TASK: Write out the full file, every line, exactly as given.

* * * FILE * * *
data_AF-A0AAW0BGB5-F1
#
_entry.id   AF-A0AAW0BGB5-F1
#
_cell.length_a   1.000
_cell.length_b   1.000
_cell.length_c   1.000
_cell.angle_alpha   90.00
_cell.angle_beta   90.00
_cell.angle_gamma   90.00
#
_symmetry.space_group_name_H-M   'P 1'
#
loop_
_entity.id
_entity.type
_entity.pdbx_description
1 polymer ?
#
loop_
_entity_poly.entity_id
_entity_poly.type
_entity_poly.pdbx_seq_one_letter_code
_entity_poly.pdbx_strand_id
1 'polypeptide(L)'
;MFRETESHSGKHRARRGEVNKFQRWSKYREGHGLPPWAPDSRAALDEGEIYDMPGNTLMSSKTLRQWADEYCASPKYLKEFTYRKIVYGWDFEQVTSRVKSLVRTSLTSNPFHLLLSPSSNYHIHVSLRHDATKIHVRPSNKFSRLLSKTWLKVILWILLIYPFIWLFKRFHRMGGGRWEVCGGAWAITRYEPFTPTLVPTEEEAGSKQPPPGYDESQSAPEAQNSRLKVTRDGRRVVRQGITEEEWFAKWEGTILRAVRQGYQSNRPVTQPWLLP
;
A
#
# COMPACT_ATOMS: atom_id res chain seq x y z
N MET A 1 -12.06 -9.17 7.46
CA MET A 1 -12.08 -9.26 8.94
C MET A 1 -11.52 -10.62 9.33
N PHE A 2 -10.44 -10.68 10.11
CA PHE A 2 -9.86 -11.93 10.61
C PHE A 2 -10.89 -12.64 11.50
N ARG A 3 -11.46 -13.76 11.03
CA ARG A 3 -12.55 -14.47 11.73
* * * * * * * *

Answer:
data_AF-A0AAW0BGB5-F1
#
_entry.id   AF-A0AAW0BGB5-F1
#
_cell.length_a   1.000
_cell.length_b   1.000
_cell.length_c   1.000
_cell.angle_alpha   90.00
_cell.angle_beta   90.00
_cell.angle_gamma   90.00
#
_symmetry.space_group_name_H-M   'P 1'
#
loop_
_entity.id
_entity.type
_entity.pdbx_description
1 polymer ?
#
loop_
_entity_poly.entity_id
_entity_poly.type
_entity_poly.pdbx_seq_one_letter_code
_entity_poly.pdbx_strand_id
1 'polypeptide(L)'
;MFRETESHSGKHRARRGEVNKFQRWSKYREGHGLPPWAPDSRAALDEGEIYDMPGNTLMSSKTLRQWADEYCASPKYLKEFTYRKIVYGWDFEQVTSRVKSLVRTSLTSNPFHLLLSPSSNYHIHVSLRHDATKIHVRPSNKFSRLLSKTWLKVILWILLIYPFIWLFKRFHRMGGGRWEVCGGAWAITRYEPFTPTLVPTEEEAGSKQPPPGYDESQSAPEAQNSRLKVTRDGRRVVRQGITEEEWFAKWEGTILRAVRQGYQSNRPVTQPWLLP
;
A
#
# COMPACT_ATOMS: atom_id res chain seq x y z
N MET A 1 -12.06 -9.17 7.46
CA MET A 1 -12.08 -9.26 8.94
C MET A 1 -11.52 -10.62 9.33
N PHE A 2 -10.44 -10.68 10.11
CA PHE A 2 -9.86 -11.93 10.61
C PHE A 2 -10.89 -12.64 11.50
N ARG A 3 -11.46 -13.76 11.03
CA ARG A 3 -12.55 -14.47 11.73